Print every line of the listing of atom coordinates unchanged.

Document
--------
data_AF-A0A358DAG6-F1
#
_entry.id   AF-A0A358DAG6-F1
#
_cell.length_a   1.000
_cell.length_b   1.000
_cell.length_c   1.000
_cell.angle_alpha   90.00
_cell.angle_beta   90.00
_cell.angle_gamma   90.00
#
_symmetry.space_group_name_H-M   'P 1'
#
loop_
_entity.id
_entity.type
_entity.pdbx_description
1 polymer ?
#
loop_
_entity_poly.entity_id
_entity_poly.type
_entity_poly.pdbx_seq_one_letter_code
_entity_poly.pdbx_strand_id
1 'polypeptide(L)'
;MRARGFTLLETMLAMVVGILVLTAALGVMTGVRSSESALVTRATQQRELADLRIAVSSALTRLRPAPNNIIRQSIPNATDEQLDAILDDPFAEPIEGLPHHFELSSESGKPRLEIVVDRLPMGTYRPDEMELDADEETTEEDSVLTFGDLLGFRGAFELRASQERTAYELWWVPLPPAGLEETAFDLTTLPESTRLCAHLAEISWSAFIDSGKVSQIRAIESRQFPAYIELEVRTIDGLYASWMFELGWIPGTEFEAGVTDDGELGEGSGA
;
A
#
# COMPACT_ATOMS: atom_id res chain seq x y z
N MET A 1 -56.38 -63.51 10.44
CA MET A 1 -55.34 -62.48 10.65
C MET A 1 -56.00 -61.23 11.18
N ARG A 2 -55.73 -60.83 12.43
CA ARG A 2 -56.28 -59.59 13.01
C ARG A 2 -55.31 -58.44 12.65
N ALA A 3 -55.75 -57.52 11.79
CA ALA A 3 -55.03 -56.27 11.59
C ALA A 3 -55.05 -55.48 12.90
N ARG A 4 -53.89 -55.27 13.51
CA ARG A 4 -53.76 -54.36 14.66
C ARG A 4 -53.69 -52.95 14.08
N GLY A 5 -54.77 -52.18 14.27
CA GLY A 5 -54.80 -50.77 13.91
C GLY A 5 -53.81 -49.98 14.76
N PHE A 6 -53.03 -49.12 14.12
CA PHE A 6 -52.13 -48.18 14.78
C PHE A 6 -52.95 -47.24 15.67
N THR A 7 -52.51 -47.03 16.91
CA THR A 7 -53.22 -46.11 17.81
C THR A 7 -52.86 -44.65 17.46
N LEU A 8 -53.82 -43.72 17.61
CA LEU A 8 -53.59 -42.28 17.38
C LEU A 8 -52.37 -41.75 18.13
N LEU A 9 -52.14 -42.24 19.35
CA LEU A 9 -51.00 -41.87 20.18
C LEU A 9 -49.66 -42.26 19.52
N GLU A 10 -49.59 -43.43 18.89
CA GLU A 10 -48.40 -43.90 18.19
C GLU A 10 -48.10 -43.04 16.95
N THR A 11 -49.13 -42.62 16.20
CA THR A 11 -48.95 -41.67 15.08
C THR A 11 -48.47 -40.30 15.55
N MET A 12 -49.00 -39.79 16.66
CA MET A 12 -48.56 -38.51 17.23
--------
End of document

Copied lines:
data_AF-A0A358DAG6-F1
#
_entry.id   AF-A0A358DAG6-F1
#
_cell.length_a   1.000
_cell.length_b   1.000
_cell.length_c   1.000
_cell.angle_alpha   90.00
_cell.angle_beta   90.00
_cell.angle_gamma   90.00
#
_symmetry.space_group_name_H-M   'P 1'
#
loop_
_entity.id
_entity.type
_entity.pdbx_description
1 polymer ?
#
loop_
_entity_poly.entity_id
_entity_poly.type
_entity_poly.pdbx_seq_one_letter_code
_entity_poly.pdbx_strand_id
1 'polypeptide(L)'
;MRARGFTLLETMLAMVVGILVLTAALGVMTGVRSSESALVTRATQQRELADLRIAVSSALTRLRPAPNNIIRQSIPNATDEQLDAILDDPFAEPIEGLPHHFELSSESGKPRLEIVVDRLPMGTYRPDEMELDADEETTEEDSVLTFGDLLGFRGAFELRASQERTAYELWWVPLPPAGLEETAFDLTTLPESTRLCAHLAEISWSAFIDSGKVSQIRAIESRQFPAYIELEVRTIDGLYASWMFELGWIPGTEFEAGVTDDGELGEGSGA
;
A
#
# COMPACT_ATOMS: atom_id res chain seq x y z
N MET A 1 -56.38 -63.51 10.44
CA MET A 1 -55.34 -62.48 10.65
C MET A 1 -56.00 -61.23 11.18
N ARG A 2 -55.73 -60.83 12.43
CA ARG A 2 -56.28 -59.59 13.01
C ARG A 2 -55.31 -58.44 12.65
N ALA A 3 -55.75 -57.52 11.79
CA ALA A 3 -55.03 -56.27 11.59
C ALA A 3 -55.05 -55.48 12.90
N ARG A 4 -53.89 -55.27 13.51
CA ARG A 4 -53.76 -54.36 14.66
C ARG A 4 -53.69 -52.95 14.08
N GLY A 5 -54.77 -52.18 14.27
CA GLY A 5 -54.80 -50.77 13.91
C GLY A 5 -53.81 -49.98 14.76
N PHE A 6 -53.03 -49.12 14.12
CA PHE A 6 -52.13 -48.18 14.78
C PHE A 6 -52.95 -47.24 15.67
N THR A 7 -52.51 -47.03 16.91
CA THR A 7 -53.22 -46.11 17.81
C THR A 7 -52.86 -44.65 17.46
N LEU A 8 -53.82 -43.72 17.61
CA LEU A 8 -53.59 -42.28 17.38
C LEU A 8 -52.37 -41.75 18.13
N LEU A 9 -52.14 -42.24 19.35
CA LEU A 9 -51.00 -41.87 20.18
C LEU A 9 -49.66 -42.26 19.52
N GLU A 10 -49.59 -43.43 18.89
CA GLU A 10 -48.40 -43.90 18.19
C GLU A 10 -48.10 -43.04 16.95
N THR A 11 -49.13 -42.62 16.20
CA THR A 11 -48.95 -41.67 15.08
C THR A 11 -48.47 -40.30 15.55
N MET A 12 -49.00 -39.79 16.66
CA MET A 12 -48.56 -38.51 17.23